The history of mental ill-health is poorly understood and many of those who were labelled as ‘idiots’, ‘imbeciles’ or ‘lunatics’ in the past would have a very different diagnosis today. This presentation looks at the history of reactions to and the treatment of those who we would now recognise as being mentally ill, or as having a learning disability. It also investigates the institutions where sufferers might be held and the sources we can use to find out more about these, often forgotten, members of our family.
2.00pm BST Tuesday 15 September 2020 Tulips, Topiary, Tradescanth and Thyme: seventeenth century gardens
This talk is delivered by Mistress Agnes on one of her rare visits from the seventeenth century. She will describe gardening and the importance of gardens their time, ranging from the country house gardens of Inigo Jones to the labourers’ cottage gardens. Find out how vital gardens were to the household economy of our ancestors and how various plants could be used. What would be eaten? Which plants were used in the production of textiles? What form of pest control was used? Why do we plant bay trees outside our door? What plants have a household use? How can plants be used to cure illnesses? Mistress Agnes will answer all these questions and share her experience of the Stuart period.
7.00pm BST Saturday 10 October 2020 Ship to Shore: researching seagoing ancestors
This session will cover a range of documentary sources and websites that might be useful to researchers wishing to learn more about those who went to sea, or were part of coastal communities. It looks at records relating to travel, employment and the hazards of the ocean.
7.00pm BST Friday 23 October 2020 (*Take care with time difference*) ’Til Death Us Do Part: a look at the history of medicine 1300-1948
One thing that all but our most recent ancestors have in common is that they are dead. The diseases and accidents of our ancestors are an integral part of our family history. In the absence of a definite cause of death for a particular individual, we can at least gain an impression of the major killers of their time. We owe it to our ancestors to pay tribute not just to their lives but also to their deaths. This talk looks at killer diseases, cures and medical theories from the Black Death to the NHS. It also suggests records that may be used to provide information about how an ancestor died.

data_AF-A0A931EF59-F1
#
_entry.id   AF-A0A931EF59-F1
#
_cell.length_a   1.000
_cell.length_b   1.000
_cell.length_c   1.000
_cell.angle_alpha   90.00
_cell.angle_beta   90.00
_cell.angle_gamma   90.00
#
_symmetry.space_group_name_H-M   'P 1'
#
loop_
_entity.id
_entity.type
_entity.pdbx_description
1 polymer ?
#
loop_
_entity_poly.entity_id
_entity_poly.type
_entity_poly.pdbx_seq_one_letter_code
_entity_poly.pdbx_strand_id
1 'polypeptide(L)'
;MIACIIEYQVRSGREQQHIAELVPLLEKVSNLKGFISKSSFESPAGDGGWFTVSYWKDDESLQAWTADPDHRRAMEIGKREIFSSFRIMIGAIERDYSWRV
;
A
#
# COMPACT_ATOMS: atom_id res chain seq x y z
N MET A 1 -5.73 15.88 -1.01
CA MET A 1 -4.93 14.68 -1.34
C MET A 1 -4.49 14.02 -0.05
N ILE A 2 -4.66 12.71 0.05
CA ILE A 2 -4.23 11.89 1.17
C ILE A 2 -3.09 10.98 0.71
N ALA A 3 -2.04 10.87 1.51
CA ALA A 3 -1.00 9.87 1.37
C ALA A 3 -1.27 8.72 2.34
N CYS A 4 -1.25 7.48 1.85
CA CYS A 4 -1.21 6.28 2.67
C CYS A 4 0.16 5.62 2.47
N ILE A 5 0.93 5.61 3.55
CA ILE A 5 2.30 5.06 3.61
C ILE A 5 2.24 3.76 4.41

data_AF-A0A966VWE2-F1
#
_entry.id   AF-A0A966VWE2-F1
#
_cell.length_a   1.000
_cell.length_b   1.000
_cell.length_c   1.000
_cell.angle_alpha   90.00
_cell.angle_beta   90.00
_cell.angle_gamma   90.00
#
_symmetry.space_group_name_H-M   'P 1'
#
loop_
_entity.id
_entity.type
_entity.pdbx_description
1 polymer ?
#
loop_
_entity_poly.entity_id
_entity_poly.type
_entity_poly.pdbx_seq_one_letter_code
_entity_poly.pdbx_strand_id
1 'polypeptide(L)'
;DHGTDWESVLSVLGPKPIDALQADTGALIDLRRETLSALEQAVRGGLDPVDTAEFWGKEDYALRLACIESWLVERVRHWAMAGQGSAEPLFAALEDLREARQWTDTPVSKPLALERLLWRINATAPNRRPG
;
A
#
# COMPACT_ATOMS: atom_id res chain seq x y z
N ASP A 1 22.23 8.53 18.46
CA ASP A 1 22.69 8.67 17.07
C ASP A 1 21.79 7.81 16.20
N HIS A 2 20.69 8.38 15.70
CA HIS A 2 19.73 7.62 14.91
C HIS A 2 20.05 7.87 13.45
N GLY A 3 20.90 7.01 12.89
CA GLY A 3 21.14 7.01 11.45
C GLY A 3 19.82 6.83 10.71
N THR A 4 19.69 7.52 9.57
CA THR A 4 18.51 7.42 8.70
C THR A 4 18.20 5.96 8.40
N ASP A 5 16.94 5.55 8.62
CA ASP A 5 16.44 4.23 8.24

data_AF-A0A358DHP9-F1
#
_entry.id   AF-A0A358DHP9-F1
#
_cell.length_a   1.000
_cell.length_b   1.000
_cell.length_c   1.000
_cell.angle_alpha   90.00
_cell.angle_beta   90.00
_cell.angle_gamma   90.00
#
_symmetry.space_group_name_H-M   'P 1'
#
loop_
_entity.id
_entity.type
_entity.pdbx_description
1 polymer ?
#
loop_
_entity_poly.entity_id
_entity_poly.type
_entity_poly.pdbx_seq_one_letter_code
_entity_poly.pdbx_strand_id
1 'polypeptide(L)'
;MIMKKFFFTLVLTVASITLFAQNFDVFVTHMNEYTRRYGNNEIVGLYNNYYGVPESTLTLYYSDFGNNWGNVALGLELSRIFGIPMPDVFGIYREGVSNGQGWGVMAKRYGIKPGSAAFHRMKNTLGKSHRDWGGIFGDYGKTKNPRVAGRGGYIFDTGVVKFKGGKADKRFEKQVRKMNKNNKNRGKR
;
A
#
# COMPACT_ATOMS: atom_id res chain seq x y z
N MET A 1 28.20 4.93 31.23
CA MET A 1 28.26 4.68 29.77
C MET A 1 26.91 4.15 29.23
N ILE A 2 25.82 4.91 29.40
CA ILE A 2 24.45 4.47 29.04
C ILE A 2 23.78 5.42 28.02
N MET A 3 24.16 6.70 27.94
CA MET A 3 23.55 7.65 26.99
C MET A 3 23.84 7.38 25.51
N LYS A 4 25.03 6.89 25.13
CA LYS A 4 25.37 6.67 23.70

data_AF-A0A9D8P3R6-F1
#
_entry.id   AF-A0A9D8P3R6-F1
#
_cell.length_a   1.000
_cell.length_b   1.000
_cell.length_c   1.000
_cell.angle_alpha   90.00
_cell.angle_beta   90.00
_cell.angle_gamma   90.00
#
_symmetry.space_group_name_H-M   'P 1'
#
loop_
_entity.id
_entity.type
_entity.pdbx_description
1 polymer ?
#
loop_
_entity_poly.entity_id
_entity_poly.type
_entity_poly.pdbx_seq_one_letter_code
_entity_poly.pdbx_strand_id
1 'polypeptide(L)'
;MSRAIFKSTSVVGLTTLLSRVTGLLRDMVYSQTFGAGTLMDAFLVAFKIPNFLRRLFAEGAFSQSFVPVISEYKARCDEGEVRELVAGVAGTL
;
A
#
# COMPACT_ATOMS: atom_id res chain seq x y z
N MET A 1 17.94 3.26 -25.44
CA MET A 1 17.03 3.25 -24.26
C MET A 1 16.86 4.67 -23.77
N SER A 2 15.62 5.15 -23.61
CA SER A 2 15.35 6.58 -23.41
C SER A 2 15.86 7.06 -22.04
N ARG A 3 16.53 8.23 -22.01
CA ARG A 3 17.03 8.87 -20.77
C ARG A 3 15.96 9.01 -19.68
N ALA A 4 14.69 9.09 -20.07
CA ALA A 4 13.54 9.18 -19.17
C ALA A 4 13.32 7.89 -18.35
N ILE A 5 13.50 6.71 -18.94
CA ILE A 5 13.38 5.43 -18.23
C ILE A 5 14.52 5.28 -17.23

10.00am GMT Saturday 14 November 2020 From Family Fact to Family Fiction: Barefoot on the Cobbles
This presentation explains the research that underpins the creation of this story, some of the family and social history sources used and the problems of combining fact and fiction. Barefoot on the Cobbles is a novel that was published in November 2018. Growing up, barefoot on the cobbles, in a village on the rugged North Devon coast, Daisy was aware of the perils of the uncertain sea. Her family were also exposed to the dangers of disease and of the First World War but for Daisy, it was her own mother who posed the greatest threat of all. What was it about her mother’s origins, in an isolated rural community, that drove an ordinary fisherman’s wife to take such desperate measures in order to preserve her sanity? Vividly recreating life at the dawning of the twentieth century, this story is based on a real scandal that lay hidden for nearly a century. Rooted in its unique and beautiful geographical setting, here is the unfolding of a past that reverberates unhappily through the decades and of raw emotions that are surprisingly modern in character.
7.00pm GMT Friday 20 November 2020 Found under a Gooseberry Bush: finding missing births or baptisms
A range of sources and techniques for locating that illusive ancestor. This is an ideal talk for beginners, slow starters or the generally stuck family historian.
2.00pm GMT Tuesday 8 December 2020 From Victorians to Elizabethans: tracing our English Ancestors from 1901-1952
We often neglect the twentieth century as being ‘not really history’ but there is plenty to be discovered about individuals and the communities in which they lived between 1901 and 1952. Twentieth century research brings with it the difficulties of larger and more mobile populations as well as records that are closed to view, so here are some sources that can help you to bring those more recent ancestors to life.